"Much to my surprise, it looks like Congress may be getting things largely right. Giving the Fed central authority over financial stability is vital for the long term health of the economy. The Fed is the only institution capable of responding quickly to a financial crisis. As such, it is critical that it is able to monitor and supervise financial markets and institutions. Limiting the Fed's role in this game would be much like limiting the fire department's role in preventing and fighting fires. I see the Fed's role in financial stability as a natural evolution. Since the 1980s, financial instability has increased in importance as a source of economic instability across the globe, and central banks have been responding in kind."
GLENN HUBBARD, PROFESSOR, COLUMBIA UNIVERSITY AND FORMER ADVISER TO PRESIDENT GEORGE W. BUSH
"The Fed will need to beef up its ability to investigate sources of systemic risk -- something it should already be doing, but its very sanguine attitude at the onset of the financial crisis suggests a need for improvement. To do its job, it will also need to collect data from large non-bank institutions, including very large hedge funds and insurers. The danger is that the Fed has wandered into distinctly political areas with the new authority. Indeed, the Fed's expansion of authority in the recent crisis already potentially compromised the independence of monetary policy."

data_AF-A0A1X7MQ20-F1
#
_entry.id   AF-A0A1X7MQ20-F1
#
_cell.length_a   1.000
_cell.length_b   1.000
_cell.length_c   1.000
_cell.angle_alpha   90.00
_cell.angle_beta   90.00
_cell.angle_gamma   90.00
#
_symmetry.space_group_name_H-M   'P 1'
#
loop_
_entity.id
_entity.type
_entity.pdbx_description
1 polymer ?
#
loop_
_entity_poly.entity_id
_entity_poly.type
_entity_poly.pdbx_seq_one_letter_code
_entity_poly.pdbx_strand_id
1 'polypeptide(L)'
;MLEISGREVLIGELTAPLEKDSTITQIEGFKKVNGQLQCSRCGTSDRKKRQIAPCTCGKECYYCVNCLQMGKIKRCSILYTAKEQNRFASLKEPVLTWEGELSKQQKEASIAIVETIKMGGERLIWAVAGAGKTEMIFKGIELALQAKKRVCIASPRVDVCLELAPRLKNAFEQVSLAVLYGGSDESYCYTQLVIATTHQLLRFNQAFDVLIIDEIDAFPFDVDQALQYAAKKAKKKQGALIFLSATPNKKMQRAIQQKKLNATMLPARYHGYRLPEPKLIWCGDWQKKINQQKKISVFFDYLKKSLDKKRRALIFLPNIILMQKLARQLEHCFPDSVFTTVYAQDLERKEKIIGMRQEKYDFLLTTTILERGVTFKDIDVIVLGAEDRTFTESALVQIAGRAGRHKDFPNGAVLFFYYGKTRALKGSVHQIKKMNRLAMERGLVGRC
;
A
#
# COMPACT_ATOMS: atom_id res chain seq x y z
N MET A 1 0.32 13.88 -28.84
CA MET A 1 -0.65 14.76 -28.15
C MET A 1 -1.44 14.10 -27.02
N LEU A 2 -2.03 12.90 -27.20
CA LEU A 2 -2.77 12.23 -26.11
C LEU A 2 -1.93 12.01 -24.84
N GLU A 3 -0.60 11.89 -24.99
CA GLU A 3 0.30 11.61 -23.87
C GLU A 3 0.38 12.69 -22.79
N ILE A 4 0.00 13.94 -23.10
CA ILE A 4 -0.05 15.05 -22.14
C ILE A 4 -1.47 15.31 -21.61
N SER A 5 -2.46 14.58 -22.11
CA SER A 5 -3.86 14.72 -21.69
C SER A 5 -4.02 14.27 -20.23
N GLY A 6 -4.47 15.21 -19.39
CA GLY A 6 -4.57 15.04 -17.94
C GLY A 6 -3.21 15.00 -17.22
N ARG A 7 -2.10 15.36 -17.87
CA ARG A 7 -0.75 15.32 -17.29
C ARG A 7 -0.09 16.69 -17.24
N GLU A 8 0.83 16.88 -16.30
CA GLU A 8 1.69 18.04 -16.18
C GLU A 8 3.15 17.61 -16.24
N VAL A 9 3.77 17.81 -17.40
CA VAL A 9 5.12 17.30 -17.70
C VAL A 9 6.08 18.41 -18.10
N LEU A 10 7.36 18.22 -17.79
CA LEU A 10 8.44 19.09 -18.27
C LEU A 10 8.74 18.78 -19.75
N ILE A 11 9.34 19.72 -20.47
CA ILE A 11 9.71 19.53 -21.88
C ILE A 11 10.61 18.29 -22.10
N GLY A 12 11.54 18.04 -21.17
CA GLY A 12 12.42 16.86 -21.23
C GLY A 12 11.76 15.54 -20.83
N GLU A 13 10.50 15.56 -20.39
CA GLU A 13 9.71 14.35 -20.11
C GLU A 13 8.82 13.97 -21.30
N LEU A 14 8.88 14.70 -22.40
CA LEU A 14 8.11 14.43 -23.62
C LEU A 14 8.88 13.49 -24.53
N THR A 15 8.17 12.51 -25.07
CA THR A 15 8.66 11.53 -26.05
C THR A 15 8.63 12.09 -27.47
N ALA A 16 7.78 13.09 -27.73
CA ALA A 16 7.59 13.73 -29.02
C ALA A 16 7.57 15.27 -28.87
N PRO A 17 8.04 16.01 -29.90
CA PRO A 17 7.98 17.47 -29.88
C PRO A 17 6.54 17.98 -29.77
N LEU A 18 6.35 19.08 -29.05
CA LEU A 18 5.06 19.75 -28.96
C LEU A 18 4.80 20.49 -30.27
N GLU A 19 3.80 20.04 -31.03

ALLAN MELTZER, PROFESSOR, CARNEGIE MELLON UNIVERSITY'S TEPPER SCHOOL OF BUSINESS
"Congress missed an opportunity to improve monetary and financial regulatory policies. The Federal Reserve began life under the gold standard. That restricted their action. We badly need new restrictions that limit their monetary actions and give them incentives to look over a longer term. Also ... we need to ... end bailouts. Putting the secretary of the Treasury in charge of decisions to prevent bank failures is a major mistake."
RANDALL KROSZNER, PROFESSOR, UNIVERSITY OF CHICAGO'S BOOTH SCHOOL OF BUSINESS AND FORMER FED GOVERNOR
"Drawing and monitoring the border between systemically important and other institutions and markets will be one of the greatest challenges the Fed will face. There will be strong incentives for risky activities to migrate into the shadows just beyond the border where they can pose serious dangers through interconnections to the entire system. There is also the potential for strong political push-back as supervisors try to move into new areas to slow their growth."
MARVIN GOODFRIEND, PROFESSOR OF ECONOMICS, CARNEGIE MELLON UNIVERSITY'S TEPPER SCHOOL OF BUSINESS
"Fed monetary policy must be operationally independent of the fiscal authorities to anchor inflation expectations and maintain price stability. Credible Fed independence requires the support of Congress in two ways. Congress must accept the priority for low long-run inflation. Congress also must clarify the boundary of the Fed's independent credit policy responsibilities so the Fed does not to invade the territory of the fiscal authorities and jeopardize its independence. The independent Fed cannot be the front line of fiscal policy support for the financial system in times of stress. Regulatory reform does little to address these potential ambiguities, and so has not done enough to secure the foundation of credible, independent central banking in the United States." (Reporting by Mark Felsenthal; Editing by Kenneth Barry)